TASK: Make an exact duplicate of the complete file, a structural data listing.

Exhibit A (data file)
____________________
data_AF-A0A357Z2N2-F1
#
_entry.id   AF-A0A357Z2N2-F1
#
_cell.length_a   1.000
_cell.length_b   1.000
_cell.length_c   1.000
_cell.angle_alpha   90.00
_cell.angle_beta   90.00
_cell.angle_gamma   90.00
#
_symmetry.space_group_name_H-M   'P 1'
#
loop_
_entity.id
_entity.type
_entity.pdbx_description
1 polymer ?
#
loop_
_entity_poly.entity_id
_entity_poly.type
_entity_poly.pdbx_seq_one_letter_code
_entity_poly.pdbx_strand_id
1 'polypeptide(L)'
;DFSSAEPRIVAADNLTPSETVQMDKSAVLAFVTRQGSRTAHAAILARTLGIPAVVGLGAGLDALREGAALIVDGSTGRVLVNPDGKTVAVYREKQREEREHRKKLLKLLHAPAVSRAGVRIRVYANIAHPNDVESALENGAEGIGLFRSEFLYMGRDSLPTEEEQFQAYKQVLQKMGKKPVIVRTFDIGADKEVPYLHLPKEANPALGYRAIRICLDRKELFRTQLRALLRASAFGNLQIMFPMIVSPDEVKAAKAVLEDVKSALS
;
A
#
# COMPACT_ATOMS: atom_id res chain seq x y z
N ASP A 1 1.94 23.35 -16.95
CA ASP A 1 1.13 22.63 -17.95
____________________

data_AF-A0A357Z2N2-F1
#
_entry.id   AF-A0A357Z2N2-F1
#
_cell.length_a   1.000
_cell.length_b   1.000
_cell.length_c   1.000
_cell.angle_alpha   90.00
_cell.angle_beta   90.00
_cell.angle_gamma   90.00
#
_symmetry.space_group_name_H-M   'P 1'
#
loop_
_entity.id
_entity.type
_entity.pdbx_description
1 polymer ?
#
loop_
_entity_poly.entity_id
_entity_poly.type
_entity_poly.pdbx_seq_one_letter_code
_entity_poly.pdbx_strand_id
1 'polypeptide(L)'
;DFSSAEPRIVAADNLTPSETVQMDKSAVLAFVTRQGSRTAHAAILARTLGIPAVVGLGAGLDALREGAALIVDGSTGRVLVNPDGKTVAVYREKQREEREHRKKLLKLLHAPAVSRAGVRIRVYANIAHPNDVESALENGAEGIGLFRSEFLYMGRDSLPTEEEQFQAYKQVLQKMGKKPVIVRTFDIGADKEVPYLHLPKEANPALGYRAIRICLDRKELFRTQLRALLRASAFGNLQIMFPMIVSPDEVKAAKAVLEDVKSALS
;
A
#
# COMPACT_ATOMS: atom_id res chain seq x y z
N ASP A 1 1.94 23.35 -16.95
CA ASP A 1 1.13 22.63 -17.95